A representative of China Film Group today called Keanu Reeves’ upcoming Man Of Tai Chi “the most important co-production” for the company this year. Reeves makes his directorial debut with the kung-fu film that is a co-production from CFG, Wanda Media, Village Roadshow Pictures Asia and Universal Pictures. At a gathering to introduce clips from the film, Reeves said he shot for more than 105 days in Beijing and Hong Kong, where the crew was at one point locked on a set because of a severe typhoon. He chose this movie to make his helming debut because it was “the story I felt I could tell and wanted to tell and didn’t want anybody else to tell.”
Man Of Tai Chi focuses on a young, innocent martial artist who struggles to maintain his values amid the pressures of contemporary society. Tiger Chen plays the man who is lured into the underground boxing world where Reeves plays the man out to manipulate him. Reeves and Chen worked together on the Matrix movies where Chen taught Reeves about “wires and kicks and punches.” The pair became friends and over five years developed the story. Reeves says it was just about “four or five years ago that I started to think about directing. But I always said I would only direct if I had a story to tell.”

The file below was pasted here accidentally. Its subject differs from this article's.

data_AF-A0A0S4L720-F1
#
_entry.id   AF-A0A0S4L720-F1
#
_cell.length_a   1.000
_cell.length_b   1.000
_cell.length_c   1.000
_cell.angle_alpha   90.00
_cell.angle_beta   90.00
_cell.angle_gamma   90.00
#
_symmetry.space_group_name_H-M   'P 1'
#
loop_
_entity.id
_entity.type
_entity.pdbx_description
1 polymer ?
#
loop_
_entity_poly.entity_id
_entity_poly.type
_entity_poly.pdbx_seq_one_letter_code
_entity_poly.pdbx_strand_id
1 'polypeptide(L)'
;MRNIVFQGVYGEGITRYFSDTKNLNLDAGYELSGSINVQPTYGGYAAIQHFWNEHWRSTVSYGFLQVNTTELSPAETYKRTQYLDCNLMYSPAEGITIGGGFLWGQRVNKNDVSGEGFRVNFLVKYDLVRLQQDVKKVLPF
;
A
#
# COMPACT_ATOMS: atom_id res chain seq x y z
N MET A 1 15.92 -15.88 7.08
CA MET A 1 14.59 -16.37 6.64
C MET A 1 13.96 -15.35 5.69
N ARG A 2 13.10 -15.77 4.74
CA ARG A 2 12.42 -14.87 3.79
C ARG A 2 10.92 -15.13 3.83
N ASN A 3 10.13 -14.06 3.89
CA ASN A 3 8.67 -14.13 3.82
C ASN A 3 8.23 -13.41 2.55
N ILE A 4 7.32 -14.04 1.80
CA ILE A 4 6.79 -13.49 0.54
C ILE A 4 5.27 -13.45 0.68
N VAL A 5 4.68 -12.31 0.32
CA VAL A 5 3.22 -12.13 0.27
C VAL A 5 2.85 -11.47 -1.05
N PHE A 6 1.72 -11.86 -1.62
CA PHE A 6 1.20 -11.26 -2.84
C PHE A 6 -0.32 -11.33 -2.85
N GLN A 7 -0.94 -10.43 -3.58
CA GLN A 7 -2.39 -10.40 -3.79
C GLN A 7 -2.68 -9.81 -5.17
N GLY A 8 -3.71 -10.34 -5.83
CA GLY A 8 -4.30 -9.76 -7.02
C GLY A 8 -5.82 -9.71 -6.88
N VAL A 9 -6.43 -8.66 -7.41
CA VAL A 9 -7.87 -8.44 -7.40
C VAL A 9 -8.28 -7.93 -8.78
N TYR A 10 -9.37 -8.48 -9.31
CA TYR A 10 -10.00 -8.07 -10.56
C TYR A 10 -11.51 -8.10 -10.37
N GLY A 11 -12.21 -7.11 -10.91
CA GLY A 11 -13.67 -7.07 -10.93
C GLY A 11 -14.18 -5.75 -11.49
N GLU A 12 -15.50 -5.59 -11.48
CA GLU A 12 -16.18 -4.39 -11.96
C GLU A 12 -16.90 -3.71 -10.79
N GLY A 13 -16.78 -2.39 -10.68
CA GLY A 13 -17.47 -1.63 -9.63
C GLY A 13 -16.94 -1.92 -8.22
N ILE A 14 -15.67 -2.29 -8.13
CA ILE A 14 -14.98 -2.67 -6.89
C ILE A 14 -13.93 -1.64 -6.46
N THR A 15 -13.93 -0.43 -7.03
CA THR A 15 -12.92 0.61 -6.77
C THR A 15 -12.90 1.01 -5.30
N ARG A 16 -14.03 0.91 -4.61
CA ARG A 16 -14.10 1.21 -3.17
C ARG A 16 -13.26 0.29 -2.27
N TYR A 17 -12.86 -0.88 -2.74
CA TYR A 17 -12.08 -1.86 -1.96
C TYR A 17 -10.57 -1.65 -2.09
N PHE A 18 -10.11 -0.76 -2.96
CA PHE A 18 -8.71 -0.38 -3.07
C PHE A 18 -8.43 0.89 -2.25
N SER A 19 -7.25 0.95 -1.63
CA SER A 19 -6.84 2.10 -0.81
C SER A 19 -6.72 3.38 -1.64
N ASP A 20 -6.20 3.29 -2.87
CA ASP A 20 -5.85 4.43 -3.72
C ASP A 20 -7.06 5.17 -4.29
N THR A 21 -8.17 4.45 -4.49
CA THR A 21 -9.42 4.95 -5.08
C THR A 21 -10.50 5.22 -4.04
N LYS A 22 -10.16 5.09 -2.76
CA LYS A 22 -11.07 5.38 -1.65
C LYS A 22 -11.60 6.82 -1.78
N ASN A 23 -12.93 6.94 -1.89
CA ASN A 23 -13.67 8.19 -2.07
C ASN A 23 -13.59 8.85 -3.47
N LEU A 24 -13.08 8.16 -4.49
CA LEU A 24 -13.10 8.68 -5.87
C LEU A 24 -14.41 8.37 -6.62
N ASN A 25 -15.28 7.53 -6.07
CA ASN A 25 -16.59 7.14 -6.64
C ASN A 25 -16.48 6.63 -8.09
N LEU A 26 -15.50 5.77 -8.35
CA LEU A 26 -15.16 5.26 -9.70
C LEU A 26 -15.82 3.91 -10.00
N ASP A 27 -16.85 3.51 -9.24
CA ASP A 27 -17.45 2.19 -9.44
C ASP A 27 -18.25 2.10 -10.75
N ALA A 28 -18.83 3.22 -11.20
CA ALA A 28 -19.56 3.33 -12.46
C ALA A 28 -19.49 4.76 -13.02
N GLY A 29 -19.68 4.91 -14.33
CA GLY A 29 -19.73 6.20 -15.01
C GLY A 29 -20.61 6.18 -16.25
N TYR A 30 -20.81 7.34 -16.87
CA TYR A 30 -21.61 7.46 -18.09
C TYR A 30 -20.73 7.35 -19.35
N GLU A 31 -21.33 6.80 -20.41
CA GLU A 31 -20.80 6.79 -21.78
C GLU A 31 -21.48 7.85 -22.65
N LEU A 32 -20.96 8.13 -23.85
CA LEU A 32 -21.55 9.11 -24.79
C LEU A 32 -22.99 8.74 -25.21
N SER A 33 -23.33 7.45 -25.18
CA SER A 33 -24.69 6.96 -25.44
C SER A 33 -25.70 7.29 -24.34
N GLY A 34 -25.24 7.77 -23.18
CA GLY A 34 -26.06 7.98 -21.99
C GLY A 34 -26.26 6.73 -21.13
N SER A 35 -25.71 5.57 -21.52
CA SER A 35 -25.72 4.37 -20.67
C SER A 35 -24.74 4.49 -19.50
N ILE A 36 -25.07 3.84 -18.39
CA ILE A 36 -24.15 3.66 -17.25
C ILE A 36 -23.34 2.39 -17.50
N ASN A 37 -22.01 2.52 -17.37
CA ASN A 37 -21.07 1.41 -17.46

Giving himself an extra challenge, the story is told in Mandarin, Cantonese and English. Reeves says, “I had to listen. The process was very collaborative. I had great support in terms of translators, casting or working on a scene… As an actor, you’re part of telling a story and as a director you’re responsible for it, but you can’t do it yourself so the collaboration was the gift.” Read More »